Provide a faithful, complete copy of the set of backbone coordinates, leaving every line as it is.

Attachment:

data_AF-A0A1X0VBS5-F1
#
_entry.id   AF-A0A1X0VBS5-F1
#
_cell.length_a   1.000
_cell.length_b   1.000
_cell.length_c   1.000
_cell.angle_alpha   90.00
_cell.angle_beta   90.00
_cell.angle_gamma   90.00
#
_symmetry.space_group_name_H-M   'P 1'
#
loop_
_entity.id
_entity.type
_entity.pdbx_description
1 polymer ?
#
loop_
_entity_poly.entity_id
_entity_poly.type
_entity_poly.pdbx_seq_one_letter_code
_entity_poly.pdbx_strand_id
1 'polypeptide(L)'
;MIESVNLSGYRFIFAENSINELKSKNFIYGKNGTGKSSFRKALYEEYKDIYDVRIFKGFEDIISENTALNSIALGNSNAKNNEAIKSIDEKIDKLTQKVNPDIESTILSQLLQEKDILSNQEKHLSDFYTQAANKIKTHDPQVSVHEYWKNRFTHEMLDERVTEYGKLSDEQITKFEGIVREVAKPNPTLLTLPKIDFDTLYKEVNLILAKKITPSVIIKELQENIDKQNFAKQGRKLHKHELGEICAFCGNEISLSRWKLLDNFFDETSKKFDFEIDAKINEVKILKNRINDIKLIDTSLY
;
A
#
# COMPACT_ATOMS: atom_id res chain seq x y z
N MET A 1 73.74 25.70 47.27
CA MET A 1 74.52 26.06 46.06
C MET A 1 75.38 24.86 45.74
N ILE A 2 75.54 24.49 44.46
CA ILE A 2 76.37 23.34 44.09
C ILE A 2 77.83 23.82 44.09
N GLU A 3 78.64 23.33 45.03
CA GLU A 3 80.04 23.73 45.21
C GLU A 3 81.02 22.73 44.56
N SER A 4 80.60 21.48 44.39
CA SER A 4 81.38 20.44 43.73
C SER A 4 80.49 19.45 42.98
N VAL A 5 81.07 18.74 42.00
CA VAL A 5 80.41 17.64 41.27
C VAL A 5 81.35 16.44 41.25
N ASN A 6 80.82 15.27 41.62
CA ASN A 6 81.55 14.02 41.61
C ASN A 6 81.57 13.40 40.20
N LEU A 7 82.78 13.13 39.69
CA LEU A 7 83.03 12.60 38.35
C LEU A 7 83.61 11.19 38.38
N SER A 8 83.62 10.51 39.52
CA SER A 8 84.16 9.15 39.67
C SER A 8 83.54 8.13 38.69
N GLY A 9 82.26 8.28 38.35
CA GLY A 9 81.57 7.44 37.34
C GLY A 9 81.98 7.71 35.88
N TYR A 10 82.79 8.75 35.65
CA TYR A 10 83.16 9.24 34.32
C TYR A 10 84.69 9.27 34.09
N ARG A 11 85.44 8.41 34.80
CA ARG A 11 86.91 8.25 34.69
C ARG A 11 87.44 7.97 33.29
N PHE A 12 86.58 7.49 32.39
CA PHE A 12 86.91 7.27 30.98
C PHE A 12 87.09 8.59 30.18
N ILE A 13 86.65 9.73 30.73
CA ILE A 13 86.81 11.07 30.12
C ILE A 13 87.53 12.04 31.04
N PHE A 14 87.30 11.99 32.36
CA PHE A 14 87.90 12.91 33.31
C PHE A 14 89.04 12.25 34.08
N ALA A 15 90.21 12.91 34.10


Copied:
data_AF-A0A1X0VBS5-F1
#
_entry.id   AF-A0A1X0VBS5-F1
#
_cell.length_a   1.000
_cell.length_b   1.000
_cell.length_c   1.000
_cell.angle_alpha   90.00
_cell.angle_beta   90.00
_cell.angle_gamma   90.00
#
_symmetry.space_group_name_H-M   'P 1'
#
loop_
_entity.id
_entity.type
_entity.pdbx_description
1 polymer ?
#
loop_
_entity_poly.entity_id
_entity_poly.type
_entity_poly.pdbx_seq_one_letter_code
_entity_poly.pdbx_strand_id
1 'polypeptide(L)'
;MIESVNLSGYRFIFAENSINELKSKNFIYGKNGTGKSSFRKALYEEYKDIYDVRIFKGFEDIISENTALNSIALGNSNAKNNEAIKSIDEKIDKLTQKVNPDIESTILSQLLQEKDILSNQEKHLSDFYTQAANKIKTHDPQVSVHEYWKNRFTHEMLDERVTEYGKLSDEQITKFEGIVREVAKPNPTLLTLPKIDFDTLYKEVNLILAKKITPSVIIKELQENIDKQNFAKQGRKLHKHELGEICAFCGNEISLSRWKLLDNFFDETSKKFDFEIDAKINEVKILKNRINDIKLIDTSLY
;
A
#
# COMPACT_ATOMS: atom_id res chain seq x y z
N MET A 1 73.74 25.70 47.27
CA MET A 1 74.52 26.06 46.06
C MET A 1 75.38 24.86 45.74
N ILE A 2 75.54 24.49 44.46
CA ILE A 2 76.37 23.34 44.09
C ILE A 2 77.83 23.82 44.09
N GLU A 3 78.64 23.33 45.03
CA GLU A 3 80.04 23.73 45.21
C GLU A 3 81.02 22.73 44.56
N SER A 4 80.60 21.48 44.39
CA SER A 4 81.38 20.44 43.73
C SER A 4 80.49 19.45 42.98
N VAL A 5 81.07 18.74 42.00
CA VAL A 5 80.41 17.64 41.27
C VAL A 5 81.35 16.44 41.25
N ASN A 6 80.82 15.27 41.62
CA ASN A 6 81.55 14.02 41.61
C ASN A 6 81.57 13.40 40.20
N LEU A 7 82.78 13.13 39.69
CA LEU A 7 83.03 12.60 38.35
C LEU A 7 83.61 11.19 38.38
N SER A 8 83.62 10.51 39.52
CA SER A 8 84.16 9.15 39.67
C SER A 8 83.54 8.13 38.69
N GLY A 9 82.26 8.28 38.35
CA GLY A 9 81.57 7.44 37.34
C GLY A 9 81.98 7.71 35.88
N TYR A 10 82.79 8.75 35.65
CA TYR A 10 83.16 9.24 34.32
C TYR A 10 84.69 9.27 34.09
N ARG A 11 85.44 8.41 34.80
CA ARG A 11 86.91 8.25 34.69
C ARG A 11 87.44 7.97 33.29
N PHE A 12 86.58 7.49 32.39
CA PHE A 12 86.91 7.27 30.98
C PHE A 12 87.09 8.59 30.18
N ILE A 13 86.65 9.73 30.73
CA ILE A 13 86.81 11.07 30.12
C ILE A 13 87.53 12.04 31.04
N PHE A 14 87.30 11.99 32.36
CA PHE A 14 87.90 12.91 33.31
C PHE A 14 89.04 12.25 34.08
N ALA A 15 90.21 12.91 34.10